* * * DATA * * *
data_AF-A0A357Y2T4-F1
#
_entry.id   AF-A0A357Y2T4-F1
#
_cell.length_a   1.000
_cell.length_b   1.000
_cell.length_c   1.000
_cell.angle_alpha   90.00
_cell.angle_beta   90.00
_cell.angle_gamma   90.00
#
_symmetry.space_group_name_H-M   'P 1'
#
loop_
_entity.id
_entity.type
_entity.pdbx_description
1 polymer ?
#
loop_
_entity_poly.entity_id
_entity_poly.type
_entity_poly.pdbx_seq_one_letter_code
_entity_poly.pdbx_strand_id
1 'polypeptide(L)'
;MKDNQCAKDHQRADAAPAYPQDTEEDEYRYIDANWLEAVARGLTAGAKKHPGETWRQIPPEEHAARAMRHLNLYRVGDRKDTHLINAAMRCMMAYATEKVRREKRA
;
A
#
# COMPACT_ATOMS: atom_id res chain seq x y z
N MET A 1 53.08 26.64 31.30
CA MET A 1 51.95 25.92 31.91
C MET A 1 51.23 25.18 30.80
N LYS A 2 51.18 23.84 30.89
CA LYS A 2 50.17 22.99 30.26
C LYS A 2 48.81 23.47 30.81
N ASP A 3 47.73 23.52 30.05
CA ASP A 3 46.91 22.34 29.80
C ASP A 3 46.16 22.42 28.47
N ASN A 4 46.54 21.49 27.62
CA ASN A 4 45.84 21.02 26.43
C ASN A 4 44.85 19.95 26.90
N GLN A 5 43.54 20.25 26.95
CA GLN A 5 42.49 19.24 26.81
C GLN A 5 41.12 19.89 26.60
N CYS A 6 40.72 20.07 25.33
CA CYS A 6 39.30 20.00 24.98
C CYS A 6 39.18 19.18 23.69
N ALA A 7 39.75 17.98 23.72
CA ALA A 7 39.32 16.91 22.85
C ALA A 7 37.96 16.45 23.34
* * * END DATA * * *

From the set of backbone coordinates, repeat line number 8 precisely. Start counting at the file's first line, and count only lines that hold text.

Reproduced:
_cell.angle_alpha   90.00